What used to be a dark and dingy basement when Smith moved in has been transformed into a cheery, well lit work area for the stained glass and other projects that Smith and her mom create. The entire floor of the basement has been re-surfaced with a network of mosaic tiles in random shapes that somehow all seem to fit together. They give the area a clean, vibrant atmosphere. And if you look closely, you'll find two special tiles hidden in the maze of odd shaped tiles that look like caricatures of ethnic masks. The entire floor is a labor of love between mother and daughter who worked together to complete the massive project.
The second story of the home has a room for sewing, an interest which both mother and daughter share. The bedrooms have paintings on the walls, sculptures at every turn, and stained glass designs in the windows. Most were created by Smith, but a good share of the pieces are from friends and family members who are fellow artists.
And when you enter the upstairs bathroom, you encounter a large mosaic angel – red, of course – whose feathered wings spread across most of the wall. According to Smith, the angel is done in Byzantine style. She said, "I didn't want a shallow angel. I wanted one that was more somber, bigger than life. Her wings are peacock feathers."
There is a unique garden outside in the back yard which mixes fences and arbors with sculptures, flowers, and a topiary.
The topiary is about ten feet high and, when fleshed out with greenery, resembles Mickey Mouse. Smith said of the giant mouse which is still in its winter growth, however, "He looks a little anorexic right now."
Next to the house is a screened-in cottage and a garage.
According to Smith, it is rumored that the Dodge Brothers of automobile fame built their first prototype in that garage. "The story goes that they put a tarp over it, pushed it to the train station, and sent it to Detroit – at least, that is the story," she said. According to the history books, however, the Dodge boys probably grew up on Fifth Street, one street over, but who's to say.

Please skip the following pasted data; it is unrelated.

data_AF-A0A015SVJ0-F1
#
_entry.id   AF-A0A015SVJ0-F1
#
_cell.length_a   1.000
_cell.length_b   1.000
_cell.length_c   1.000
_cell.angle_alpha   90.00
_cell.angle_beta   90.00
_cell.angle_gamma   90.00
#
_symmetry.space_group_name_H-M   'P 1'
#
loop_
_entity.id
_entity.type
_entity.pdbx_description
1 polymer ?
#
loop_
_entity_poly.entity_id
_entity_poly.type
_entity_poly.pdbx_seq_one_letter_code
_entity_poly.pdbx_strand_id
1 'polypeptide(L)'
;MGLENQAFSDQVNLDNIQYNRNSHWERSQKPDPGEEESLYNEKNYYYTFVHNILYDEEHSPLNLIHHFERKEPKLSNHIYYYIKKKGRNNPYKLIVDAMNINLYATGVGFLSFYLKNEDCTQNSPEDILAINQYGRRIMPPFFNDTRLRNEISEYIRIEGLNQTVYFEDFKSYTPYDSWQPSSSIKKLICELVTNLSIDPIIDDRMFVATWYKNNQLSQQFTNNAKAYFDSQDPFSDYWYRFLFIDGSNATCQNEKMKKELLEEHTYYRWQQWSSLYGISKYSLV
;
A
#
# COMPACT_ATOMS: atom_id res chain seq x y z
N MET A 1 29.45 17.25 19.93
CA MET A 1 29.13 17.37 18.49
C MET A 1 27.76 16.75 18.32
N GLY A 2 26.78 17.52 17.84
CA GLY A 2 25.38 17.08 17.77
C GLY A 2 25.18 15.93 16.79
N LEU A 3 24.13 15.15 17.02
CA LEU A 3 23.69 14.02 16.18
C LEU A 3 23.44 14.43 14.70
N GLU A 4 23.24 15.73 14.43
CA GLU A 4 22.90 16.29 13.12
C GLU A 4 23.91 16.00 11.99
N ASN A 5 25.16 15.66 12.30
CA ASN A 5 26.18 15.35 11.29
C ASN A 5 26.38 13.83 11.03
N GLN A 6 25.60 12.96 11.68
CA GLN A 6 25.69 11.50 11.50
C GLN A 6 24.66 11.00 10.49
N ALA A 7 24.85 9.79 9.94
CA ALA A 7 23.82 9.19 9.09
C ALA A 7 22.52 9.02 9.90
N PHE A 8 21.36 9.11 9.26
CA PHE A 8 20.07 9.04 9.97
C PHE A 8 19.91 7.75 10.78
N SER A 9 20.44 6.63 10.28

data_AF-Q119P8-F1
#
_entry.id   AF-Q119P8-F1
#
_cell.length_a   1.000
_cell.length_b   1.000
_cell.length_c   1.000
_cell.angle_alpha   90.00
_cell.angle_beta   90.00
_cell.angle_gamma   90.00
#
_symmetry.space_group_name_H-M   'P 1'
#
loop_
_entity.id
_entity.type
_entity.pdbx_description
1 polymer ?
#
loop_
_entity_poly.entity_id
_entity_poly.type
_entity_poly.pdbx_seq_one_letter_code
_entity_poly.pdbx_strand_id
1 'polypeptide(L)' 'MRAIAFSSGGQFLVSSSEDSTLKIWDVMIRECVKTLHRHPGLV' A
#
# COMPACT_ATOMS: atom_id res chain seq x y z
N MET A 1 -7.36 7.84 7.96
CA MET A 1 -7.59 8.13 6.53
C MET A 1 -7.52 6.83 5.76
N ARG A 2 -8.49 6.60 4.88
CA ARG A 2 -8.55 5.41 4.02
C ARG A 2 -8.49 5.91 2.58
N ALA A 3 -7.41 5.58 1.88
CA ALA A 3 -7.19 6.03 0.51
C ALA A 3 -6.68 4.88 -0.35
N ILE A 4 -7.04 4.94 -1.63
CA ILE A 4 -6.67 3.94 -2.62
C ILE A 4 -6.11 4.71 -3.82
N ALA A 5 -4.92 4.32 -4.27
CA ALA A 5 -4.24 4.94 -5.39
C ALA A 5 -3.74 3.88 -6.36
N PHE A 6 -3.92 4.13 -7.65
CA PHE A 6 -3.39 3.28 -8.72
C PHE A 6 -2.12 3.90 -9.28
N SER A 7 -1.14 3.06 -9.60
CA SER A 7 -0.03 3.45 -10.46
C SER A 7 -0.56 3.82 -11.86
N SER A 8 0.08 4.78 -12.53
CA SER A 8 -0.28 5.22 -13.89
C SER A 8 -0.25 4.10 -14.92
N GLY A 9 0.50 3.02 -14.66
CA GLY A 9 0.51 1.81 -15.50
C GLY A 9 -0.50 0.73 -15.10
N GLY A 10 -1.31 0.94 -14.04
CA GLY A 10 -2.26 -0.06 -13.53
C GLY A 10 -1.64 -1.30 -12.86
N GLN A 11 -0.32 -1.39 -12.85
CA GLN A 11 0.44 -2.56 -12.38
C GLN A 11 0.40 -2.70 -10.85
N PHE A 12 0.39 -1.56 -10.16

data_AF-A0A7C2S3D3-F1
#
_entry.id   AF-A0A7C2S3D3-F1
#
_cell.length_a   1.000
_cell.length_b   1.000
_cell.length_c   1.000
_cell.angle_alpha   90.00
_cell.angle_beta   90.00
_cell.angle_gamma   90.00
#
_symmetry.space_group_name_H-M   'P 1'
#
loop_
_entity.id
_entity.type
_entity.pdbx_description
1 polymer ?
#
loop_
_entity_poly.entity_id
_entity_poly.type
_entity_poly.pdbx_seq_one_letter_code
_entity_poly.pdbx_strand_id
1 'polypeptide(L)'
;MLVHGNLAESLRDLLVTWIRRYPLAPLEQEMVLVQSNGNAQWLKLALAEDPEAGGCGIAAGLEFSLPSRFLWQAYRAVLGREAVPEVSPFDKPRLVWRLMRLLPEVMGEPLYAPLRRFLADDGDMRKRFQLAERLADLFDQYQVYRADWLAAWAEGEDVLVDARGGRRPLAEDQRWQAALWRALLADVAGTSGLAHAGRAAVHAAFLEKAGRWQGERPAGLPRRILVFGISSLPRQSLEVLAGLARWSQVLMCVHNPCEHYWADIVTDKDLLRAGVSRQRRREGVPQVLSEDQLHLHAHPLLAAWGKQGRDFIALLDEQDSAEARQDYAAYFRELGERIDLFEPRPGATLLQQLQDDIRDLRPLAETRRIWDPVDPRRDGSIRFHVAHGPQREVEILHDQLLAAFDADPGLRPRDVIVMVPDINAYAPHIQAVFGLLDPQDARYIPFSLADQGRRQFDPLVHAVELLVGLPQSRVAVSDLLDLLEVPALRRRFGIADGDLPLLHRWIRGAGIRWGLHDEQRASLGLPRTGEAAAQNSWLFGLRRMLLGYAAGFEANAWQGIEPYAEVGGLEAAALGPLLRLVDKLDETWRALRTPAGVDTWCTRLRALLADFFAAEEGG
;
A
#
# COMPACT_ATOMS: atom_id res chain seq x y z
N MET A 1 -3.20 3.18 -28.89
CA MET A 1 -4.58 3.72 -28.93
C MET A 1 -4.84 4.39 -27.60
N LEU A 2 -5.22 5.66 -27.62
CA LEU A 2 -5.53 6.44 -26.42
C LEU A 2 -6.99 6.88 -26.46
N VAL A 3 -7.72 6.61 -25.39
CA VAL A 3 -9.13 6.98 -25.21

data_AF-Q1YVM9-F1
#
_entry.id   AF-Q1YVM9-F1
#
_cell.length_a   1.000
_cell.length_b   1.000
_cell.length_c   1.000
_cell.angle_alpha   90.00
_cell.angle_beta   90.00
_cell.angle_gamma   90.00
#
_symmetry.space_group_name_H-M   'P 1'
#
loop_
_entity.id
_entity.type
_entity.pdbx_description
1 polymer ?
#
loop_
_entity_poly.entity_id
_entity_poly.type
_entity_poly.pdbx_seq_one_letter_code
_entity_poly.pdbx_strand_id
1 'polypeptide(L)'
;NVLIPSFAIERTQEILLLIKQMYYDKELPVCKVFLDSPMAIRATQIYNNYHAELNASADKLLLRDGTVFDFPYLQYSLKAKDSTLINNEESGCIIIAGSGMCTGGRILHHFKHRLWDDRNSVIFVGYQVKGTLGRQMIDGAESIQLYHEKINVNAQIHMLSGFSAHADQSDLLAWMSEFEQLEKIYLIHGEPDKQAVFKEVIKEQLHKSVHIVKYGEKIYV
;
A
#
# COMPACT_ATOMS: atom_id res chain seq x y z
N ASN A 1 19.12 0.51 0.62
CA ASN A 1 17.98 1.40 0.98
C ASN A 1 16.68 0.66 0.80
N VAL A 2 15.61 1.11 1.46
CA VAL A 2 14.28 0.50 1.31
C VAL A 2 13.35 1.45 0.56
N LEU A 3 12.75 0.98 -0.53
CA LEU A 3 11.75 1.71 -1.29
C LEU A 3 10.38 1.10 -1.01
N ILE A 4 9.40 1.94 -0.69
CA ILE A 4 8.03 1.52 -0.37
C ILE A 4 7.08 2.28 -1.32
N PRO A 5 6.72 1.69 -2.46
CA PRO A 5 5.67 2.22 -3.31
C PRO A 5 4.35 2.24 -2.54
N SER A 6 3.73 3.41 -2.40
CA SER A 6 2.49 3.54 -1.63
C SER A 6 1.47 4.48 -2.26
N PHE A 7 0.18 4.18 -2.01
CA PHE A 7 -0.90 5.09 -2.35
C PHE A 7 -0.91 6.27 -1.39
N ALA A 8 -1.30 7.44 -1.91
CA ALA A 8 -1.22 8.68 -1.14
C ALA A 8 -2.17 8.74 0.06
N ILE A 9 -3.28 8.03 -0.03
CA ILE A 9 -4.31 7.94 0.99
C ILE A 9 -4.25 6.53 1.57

When Smith first bought the property, there were no flowers planted. She really enjoys flowers. To her, "A garden is a sacred place." So she decided to paint, instead of plant, flowers that first year. They still bloom on the doors of the garage. Since then, though, her "green thumb" has taken over and the landscape abounds with all kinds of colorful plants.
By trade, Smith creates stained glass windows for churches, chapels, retirement homes, and wherever else the craft takes her. She said, "I do mostly church windows and sacred artwork, though."
Originally from Indiana, Smith said, "I was born in Ft. Wayne, grew up in California, and graduated from White Pigeon High School." Her sister, Gina Lawson-Egan, still lives in California, and like Smith, is an artist holding a masters degree in Fine Arts with a specialty in ceramic sculpture.
Smith's mother, Laura, grew up Amish, married a Catholic, and worked as a waitress and seamstress after her husband died in order to support the family. She obviously enjoys both the home and the time she shares with her daughter.
Smith has a strong sense of community. "I used to volunteer at the Center for the Homeless in South Bend, Indiana," she said. "It was an after-school program that was a safe place for former drug addicts." She currently volunteers her time to help organize art projects for the Niles community, such as the "Painted Garden" Art Auction which is coming up on May 1 at the Riverfront Cafe, and to help decorate the city at Christmas time.
On the subject of volunteering, Smith said, "I think it starts at home. I try to give more than I take. If I have more than I need, I give it to someone who needs it more than I do," she said.
And according to Smith, the words she tries to live by are, "It's better to pitch in than complain."